Many simple combinations of delicate vegetables and aromatics will result in a very nice dish. I’ve had wonderful risottos with fresh peas, asparagus, and cheese. The traditional risotto Milanese (from Milan) is winter comfort food, for real: saffron, beef broth, butter or lard, cheese, and saffron (swoon) Something earthy like mushrooms and sun-dried tomatoes and maybe a bit of thyme would be wonderful, too, I’d bet. Find a few things that play nice, and let them shine.

So, let’s back up just a bit. When I’m reading cookbooks, I’m not looking to follow a recipe to the final letter. I look at cookbooks as more inspiration for method, flavor combinations, and interesting tidbits about regional histories – those sorts of things. That being said, my method is not exact, or in perfect lockstep with any recipe, so work with the ambiguous nature of these directions and don’t be afraid to experiment.

To make a risotto – you’ll need about a scant cup of Arborio rice (there are other varieties, but this is easiest to come by in my opinion) and about 3.5-ish cups of warm broth. Gently cook the onion in some olive oil or butter, add some garlic and a heavy splash of white wine until it’s all absorbed. You can add most of your other add ins like, peas, mushrooms, here and stir for a few minutes. Add the Arborio and the broth about a ladle full at a time (… a heavy half cup, perhaps…) and stir until the broth is absorbed. This is the most important part. The time you invest here is worth it. Don’t rush it – let the grains and broth do their thing. Plan for about a half an hour here. Repeat this until the grains are al dente (a little bite left to them) and stir in cheese, maybe more butter, any lemon juice and zest and salt and pepper. Sprinkle with herbs and a little more cheese and done.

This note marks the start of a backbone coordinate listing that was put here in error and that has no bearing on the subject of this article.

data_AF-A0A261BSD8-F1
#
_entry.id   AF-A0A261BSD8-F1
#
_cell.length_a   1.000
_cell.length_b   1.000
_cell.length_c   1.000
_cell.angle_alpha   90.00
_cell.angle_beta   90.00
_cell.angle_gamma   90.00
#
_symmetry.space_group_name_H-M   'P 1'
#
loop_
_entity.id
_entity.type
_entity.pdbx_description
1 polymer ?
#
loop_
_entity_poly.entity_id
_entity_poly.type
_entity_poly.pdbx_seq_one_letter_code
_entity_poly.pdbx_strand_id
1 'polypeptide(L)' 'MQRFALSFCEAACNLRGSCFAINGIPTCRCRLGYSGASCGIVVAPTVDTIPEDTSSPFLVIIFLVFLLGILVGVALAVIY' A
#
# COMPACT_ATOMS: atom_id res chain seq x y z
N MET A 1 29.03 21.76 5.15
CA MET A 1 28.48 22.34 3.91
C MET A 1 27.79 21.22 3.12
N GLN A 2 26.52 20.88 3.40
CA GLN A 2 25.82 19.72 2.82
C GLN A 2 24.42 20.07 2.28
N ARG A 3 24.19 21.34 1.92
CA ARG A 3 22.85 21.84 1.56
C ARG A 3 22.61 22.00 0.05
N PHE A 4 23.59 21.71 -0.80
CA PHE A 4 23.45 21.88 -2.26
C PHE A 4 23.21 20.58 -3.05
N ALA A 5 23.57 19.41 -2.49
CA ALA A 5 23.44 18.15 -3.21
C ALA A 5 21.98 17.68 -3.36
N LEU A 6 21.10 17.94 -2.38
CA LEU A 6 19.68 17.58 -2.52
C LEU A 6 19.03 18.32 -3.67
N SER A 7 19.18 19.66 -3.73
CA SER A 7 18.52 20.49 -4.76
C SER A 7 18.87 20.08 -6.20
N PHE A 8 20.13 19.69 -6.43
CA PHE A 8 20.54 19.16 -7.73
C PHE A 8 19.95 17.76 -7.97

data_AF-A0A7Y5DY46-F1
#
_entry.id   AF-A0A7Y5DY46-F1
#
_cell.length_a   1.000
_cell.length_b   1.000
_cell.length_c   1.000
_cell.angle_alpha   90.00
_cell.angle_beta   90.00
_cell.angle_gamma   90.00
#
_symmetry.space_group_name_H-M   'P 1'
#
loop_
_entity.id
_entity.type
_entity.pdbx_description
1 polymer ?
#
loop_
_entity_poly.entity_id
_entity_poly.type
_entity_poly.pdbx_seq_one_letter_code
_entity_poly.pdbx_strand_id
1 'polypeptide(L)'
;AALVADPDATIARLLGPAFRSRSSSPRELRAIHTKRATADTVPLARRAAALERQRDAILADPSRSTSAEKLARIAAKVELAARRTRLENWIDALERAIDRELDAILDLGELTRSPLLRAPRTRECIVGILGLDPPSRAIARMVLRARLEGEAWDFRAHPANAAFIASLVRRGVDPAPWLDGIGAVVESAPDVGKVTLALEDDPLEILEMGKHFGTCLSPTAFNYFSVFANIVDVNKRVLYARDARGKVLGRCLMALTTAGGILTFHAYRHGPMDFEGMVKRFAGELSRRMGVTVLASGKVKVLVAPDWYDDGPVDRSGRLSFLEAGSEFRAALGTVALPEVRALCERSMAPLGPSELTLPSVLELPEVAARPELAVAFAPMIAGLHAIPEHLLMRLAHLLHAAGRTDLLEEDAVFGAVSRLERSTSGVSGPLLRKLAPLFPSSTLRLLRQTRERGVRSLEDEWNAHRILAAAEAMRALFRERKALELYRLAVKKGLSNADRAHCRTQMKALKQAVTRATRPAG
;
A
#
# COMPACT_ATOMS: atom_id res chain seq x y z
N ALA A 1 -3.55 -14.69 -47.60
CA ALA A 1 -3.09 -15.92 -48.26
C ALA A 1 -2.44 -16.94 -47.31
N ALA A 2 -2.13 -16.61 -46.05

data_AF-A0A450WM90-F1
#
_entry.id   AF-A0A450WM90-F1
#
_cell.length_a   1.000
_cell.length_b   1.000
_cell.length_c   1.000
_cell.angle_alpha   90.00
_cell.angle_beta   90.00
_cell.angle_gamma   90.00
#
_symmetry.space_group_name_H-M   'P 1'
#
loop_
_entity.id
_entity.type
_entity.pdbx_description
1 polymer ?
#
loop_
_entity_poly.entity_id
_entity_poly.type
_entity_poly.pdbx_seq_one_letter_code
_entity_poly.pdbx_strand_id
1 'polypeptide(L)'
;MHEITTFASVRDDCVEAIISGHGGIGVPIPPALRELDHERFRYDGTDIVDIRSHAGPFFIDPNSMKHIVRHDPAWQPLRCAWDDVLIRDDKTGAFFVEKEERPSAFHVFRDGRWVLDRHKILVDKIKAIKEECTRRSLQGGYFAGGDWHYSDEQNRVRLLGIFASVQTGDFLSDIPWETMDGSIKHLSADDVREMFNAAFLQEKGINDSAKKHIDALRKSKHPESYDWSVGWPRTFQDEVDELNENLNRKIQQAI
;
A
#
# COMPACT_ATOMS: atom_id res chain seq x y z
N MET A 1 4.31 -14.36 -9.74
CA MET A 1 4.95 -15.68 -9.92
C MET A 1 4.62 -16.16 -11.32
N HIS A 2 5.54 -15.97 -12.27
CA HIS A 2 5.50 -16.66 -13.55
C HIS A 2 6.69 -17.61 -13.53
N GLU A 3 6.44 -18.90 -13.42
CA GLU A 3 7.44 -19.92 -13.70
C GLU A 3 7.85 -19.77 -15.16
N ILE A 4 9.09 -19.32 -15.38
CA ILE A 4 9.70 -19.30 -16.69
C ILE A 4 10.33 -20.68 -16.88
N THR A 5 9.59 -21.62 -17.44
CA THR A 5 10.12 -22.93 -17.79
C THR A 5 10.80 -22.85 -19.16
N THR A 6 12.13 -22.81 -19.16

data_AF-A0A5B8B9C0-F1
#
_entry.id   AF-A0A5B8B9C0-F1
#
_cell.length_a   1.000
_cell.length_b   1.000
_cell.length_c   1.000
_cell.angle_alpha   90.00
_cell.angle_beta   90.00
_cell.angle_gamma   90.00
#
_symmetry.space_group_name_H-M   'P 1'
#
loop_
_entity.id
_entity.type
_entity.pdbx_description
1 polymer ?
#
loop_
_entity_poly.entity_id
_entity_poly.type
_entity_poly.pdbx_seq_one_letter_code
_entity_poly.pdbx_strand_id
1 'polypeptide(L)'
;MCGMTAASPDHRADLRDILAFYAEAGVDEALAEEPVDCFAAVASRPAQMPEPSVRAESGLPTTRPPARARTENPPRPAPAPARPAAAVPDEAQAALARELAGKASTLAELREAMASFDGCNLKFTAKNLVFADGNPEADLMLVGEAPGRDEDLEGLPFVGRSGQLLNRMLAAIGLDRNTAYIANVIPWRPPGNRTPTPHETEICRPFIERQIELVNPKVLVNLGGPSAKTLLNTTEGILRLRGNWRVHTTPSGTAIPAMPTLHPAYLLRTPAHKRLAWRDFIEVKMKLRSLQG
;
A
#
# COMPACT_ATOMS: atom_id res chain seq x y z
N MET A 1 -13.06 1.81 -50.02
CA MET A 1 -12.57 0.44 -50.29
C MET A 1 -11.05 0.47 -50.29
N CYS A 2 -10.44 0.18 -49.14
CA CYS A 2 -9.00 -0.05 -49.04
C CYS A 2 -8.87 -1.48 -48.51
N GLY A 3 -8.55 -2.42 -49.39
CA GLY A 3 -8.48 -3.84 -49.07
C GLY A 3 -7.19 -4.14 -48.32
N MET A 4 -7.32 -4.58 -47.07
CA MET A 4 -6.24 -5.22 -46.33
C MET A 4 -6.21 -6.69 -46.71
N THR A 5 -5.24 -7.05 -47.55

The oven-charred eggplant from Ottolenghi’s recipe was added towards the end with the lemon juice, zest, and cheese. The fried bits were served on top. I continue to be in love with it.

I will definitely be revisiting this recipe in the warmer months to come, when the eggplant and basil are ready in the garden…

Speaking of spring… our seed catalog is ready for a good read … I think I’ll stack it on the top of that reading pile. We should probably get on that whole gardening thing. We’ll talk about that some day.